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NV conservation group supports FERC's transmission planning rule; Memorial Day weekend includes Tornadoes and record-high temperatures; A focus on the Farm Bill for Latino Advocacy Week in D.C; and Southeast Alaska is heating homes with its rainfall.

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U.S. Supreme Court allows South Carolina gerrymander that dilutes Black voters, Sen. Ted Cruz refuses to say if he'll accept 2024 election results, and Trump calls Mar-a-Lago search an attempt to have him assassinated.

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Smokey Bear thought only "you" could prevent forest fires, but decomposing mushrooms may also help, a Native American community in Oregon is achieving healthcare sovereignty, and Colorado farmers hope fast-maturing, drought-tolerant seeds will better handle climate change.

New scholarships aim to connect class of 2024 to high-demand jobs

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Tuesday, March 19, 2024   

This year's high school graduates will be eligible for 14,000 new scholarships offered through Opportunity Next Colorado, a $21 million investment approved by state lawmakers.

Angie Paccione, Colorado Department of Higher Education executive director, said the goal is to set graduates up for success, and fill high-demand jobs that fuel the state's economy. She said 75% of all jobs in Colorado, and 94% of top jobs that pay enough to sustain a family, require some form of education beyond high school.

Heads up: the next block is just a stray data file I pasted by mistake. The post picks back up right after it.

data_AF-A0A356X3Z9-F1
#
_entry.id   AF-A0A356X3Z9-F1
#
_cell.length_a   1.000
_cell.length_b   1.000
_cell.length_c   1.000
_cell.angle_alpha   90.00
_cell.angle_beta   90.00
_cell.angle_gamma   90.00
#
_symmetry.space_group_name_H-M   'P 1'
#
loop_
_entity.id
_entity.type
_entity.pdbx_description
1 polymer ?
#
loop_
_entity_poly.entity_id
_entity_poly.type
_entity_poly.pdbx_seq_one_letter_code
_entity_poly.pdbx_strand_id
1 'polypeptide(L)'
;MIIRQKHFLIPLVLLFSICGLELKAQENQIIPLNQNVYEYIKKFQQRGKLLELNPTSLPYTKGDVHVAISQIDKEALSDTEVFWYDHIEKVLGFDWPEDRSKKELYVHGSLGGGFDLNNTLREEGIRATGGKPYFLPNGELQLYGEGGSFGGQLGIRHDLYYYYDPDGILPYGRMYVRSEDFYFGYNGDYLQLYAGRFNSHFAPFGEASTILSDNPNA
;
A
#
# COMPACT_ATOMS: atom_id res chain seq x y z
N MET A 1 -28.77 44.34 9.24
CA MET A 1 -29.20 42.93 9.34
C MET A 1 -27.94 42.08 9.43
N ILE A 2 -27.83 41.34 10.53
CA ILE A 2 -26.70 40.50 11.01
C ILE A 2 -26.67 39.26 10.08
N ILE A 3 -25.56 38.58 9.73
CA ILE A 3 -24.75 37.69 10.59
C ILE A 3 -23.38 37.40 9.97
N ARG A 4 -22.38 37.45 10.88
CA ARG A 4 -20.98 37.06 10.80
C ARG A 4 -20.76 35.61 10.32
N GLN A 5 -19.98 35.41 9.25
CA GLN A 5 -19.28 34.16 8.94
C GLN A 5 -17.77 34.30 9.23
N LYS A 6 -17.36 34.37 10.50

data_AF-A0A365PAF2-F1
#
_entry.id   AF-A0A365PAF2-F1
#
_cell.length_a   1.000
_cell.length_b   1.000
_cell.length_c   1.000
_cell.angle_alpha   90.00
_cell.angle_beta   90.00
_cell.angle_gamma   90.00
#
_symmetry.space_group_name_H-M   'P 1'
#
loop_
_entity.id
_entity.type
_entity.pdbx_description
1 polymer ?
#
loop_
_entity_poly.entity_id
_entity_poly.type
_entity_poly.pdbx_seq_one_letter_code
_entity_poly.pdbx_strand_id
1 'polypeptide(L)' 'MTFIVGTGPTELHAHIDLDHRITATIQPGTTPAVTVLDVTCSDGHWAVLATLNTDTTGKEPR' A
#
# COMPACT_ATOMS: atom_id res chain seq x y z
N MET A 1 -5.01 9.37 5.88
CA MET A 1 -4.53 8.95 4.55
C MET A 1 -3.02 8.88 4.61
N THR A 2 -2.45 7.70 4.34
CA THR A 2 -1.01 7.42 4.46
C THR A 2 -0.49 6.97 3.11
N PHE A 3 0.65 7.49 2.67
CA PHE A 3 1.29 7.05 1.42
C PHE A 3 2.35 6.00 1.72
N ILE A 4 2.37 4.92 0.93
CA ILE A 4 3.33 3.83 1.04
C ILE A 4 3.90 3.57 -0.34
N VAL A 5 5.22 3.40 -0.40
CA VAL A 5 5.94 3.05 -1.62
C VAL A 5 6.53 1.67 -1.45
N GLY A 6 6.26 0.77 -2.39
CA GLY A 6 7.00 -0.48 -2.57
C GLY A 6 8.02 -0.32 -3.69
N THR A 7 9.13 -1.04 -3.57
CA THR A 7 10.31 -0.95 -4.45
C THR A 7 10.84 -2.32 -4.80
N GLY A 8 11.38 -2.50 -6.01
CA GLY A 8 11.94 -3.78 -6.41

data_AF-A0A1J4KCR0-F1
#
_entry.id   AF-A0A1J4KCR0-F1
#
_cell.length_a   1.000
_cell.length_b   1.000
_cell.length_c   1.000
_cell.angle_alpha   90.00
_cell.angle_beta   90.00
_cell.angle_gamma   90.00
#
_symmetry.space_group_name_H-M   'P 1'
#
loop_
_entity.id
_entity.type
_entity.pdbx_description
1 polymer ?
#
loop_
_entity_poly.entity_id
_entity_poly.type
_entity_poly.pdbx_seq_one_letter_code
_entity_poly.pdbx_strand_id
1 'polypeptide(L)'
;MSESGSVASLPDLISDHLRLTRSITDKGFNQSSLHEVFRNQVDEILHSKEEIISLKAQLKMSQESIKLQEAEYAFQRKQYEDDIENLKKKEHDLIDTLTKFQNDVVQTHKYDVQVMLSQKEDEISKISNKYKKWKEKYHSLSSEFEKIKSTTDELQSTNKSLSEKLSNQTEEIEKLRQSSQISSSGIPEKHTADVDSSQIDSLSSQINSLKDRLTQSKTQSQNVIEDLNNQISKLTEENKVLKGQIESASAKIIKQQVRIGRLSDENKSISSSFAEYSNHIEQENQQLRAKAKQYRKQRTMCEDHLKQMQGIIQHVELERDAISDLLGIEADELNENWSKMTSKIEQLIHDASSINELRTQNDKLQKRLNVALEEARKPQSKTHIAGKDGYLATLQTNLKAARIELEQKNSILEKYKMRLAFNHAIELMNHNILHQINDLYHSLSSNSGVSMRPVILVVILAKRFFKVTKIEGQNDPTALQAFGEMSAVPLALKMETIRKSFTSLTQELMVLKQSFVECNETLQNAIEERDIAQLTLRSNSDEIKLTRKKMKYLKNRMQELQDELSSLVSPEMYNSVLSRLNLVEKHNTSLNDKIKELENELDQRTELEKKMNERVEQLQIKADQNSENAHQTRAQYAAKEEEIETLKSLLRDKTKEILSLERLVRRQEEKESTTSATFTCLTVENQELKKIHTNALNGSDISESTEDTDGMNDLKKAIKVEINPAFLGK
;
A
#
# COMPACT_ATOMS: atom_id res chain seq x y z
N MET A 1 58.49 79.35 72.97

"Right now just under 50% of our high school graduates are pursuing post-secondary education," she said. "We want to see that number bump up so that our students have the credentials they need to get the job they want."

Members of the Class of 2024 can get a $1,500 scholarship, which Paccione added should cover the entire tuition costs for certificate programs that can be completed in as little as six months. Graduates can explore scholarships and advising available at OpportunityNext.org, a new platform that spotlights Colorado's fast-growing industries and related education and training programs.

The initiative hopes to reach students from school districts with below-average college or trade school enrollment rates, and districts with low rates of completing the Free Application for Federal Student Aid (FAFSA). Paccione explained many students never see the financial opportunities that are available for pursuing a degree or credential.

"We're doing a lot of things right now that are targeted at those who are either on the margins of society, or they live in population areas where college has not always been seen as a pathway to success," she continued.

This year's high school graduates can choose from a range of programs that can prepare them for careers as engineers, health professionals, computer and IT specialists, as well as construction, family and social sciences, education, advanced manufacturing and more.

"There's eight different pathways that are high-demand positions. And this would allow people to get the training and education that they need, and get into the workforce, and strengthen the economy. So, we're very excited to offer these scholarships," Paccione said.


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